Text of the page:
#stillshot is a feature in which someone selects a frame from a film, episode or campaign and discusses its content. The idea being to illustrate how the art of film composition, aesthetica and acting expression can convey the messages of entire movements and ephemeralities in a split-second. Also, ’cause there’s some pretty cool film shots out there.
Titanic – 1997
Starring: Leonardo Dicaprio, Kate Winslet
Titanic was the first film I ever went to see in the cinema. I was six. (PG-13 rating? Psh, we were in Uganda, that means nothing.). I remember my sister covering my eyes through all the “raunchy” moments. Being the mischievous children we are, my siblings and I eventually found a way to watch Titanic without any parental guidance.
To be honest, I was fairly let down when I did watch all the bits deemed too risqué for my innocent eyes. What the hell was so explicit about a hand on a steamed glass, I thought? I do that all the time; in the car when it’s raining and the windows have fogged up! I make shapes and everything! It took a few more viewings and a couple more years for me to understand that, no, it was most definitely not the same thing. I still jump when someone catches me off-guard whilst I’m watching Titanic for the umpteenth time – leftover habits from childhood (seriously, parents always walk in on the worst part, determined to ensure maximum awkwardness, I think). But I digress.
The shot I’ve chosen in Titanic is probably too obvious a choice for some, but – with this film, that was almost inevitable.
Rose’s necklace is, essentially, nothing more than a plot device: James Cameron needed a reason as to why 84 years after the Titanic sank, these people would be at all interested in hearing Rose’s story. The “heart of the ocean” is that reason. But this is the brilliance of Cameron; the blue diamond is elevated far beyond a cinematic device. In some ways, it is a third character in Jack and Rose’s love story.
When Rose first wears the necklace, it is no more than a beautiful symbol of her confinement, a noose around her neck. When (almost) 101-year-old Rose drops it in the ocean it represents so much more. When Rose looks at that necklace, she sees the life she ought to have had, the life Jack saved her from… “in every way that a person can be saved”; and then she remembers him drawing her, and what came next (That-Which-A-Six-Year-Old-Mustn’t-See); she recalls her realisation that she would rather die with him – if he jumps, she jumps.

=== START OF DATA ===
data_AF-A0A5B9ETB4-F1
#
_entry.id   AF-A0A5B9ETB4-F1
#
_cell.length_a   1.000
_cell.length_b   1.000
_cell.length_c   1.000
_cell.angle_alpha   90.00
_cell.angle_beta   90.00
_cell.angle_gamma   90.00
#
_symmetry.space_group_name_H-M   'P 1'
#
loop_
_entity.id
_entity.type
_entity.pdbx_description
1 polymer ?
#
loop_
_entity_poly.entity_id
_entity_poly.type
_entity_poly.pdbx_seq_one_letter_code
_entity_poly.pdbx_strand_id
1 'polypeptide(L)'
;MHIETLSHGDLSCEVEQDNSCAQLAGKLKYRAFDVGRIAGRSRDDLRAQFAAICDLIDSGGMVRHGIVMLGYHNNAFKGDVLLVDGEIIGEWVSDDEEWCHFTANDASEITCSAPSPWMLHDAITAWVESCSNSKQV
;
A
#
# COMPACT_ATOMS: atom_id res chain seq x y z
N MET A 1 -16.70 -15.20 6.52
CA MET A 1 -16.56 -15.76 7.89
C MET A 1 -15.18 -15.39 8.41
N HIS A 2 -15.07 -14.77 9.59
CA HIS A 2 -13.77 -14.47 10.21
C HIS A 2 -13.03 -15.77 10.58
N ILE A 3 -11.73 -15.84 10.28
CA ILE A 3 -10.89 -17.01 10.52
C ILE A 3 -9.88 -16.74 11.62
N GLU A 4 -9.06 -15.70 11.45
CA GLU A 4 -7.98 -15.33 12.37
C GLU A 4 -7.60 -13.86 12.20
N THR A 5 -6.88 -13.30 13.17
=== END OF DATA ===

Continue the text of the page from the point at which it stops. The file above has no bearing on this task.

The heart of the ocean becomes Rose’s heart, “a deep ocean of secrets”, and she returns it to the place it’s been residing for for the last eight decades; to Jack. The sinking necklace mirrors Rose’s last shot of Jack as he sinks to the bottom of the ocean. It segues into the final montage and – whether you believe it is merely a dream, or that Rose, in death, is finally reunited with Jack, it’s one of cinema’s most heart-wrenching, beautiful endings ever made.
In that one moment, looking at that necklace, the entire film flashes before my eyes. Well, half the time anyway. The other half, I’m reminded of the time I was on a euro trip with my family, and my brother told everyone he’d found me at the back of the ship (from Denmark to Norway) leaning over the railing and pretending to throw something into the water. He added Rose’s gasp as she drops the necklace, and everything. And then, on the return trip, he bought me a necklace that bore a passing resemblance to Rose’s and badgered me until I agreed to reenact the scene. He actually had me throw the necklace into the water. So, half the time my #stillshot reminds me of a love so beautiful and tragic and eternal, and the rest of the time it reminds me that my brother’s a nutcase. Memories.
The point is: Titanic is to me what the necklace is to Rose. I watch it and so many memories come flooding back to me: it was my first ever poster (that and a classy Spice Girls number); my first ever crush (and one that is still on-going. I shall not stop crushing on Leo until you give him a damn Oscar); my first favourite song and go-to karaoke tune (My Heart Will Go On) – in fact, James Horner’s unbelievable score is the sole reason I wanted to play the flute. Need I talk about the “You jump, I jump, remember?” scene? The score of this film is unparalleled.
The film is a cultural touchstone, a trigger for my memories. And I hope that 84 years down the line, I can watch Titanic and remember, as clearly as Rose does, all the memories and feelings it brings to mind today.
Sonia Muhwezi is the Deputy Editor of FILM, THEATRE & TELEVISION at PTL. She recently graduated from Brighton University, where she studied English Language and Literature. She hopes to go into Publishing. In other Sonia related information, it’s worth mentioning that she can turn any conversation into a game of Six Degrees to Harry Potter and is a Beyoncé stan.
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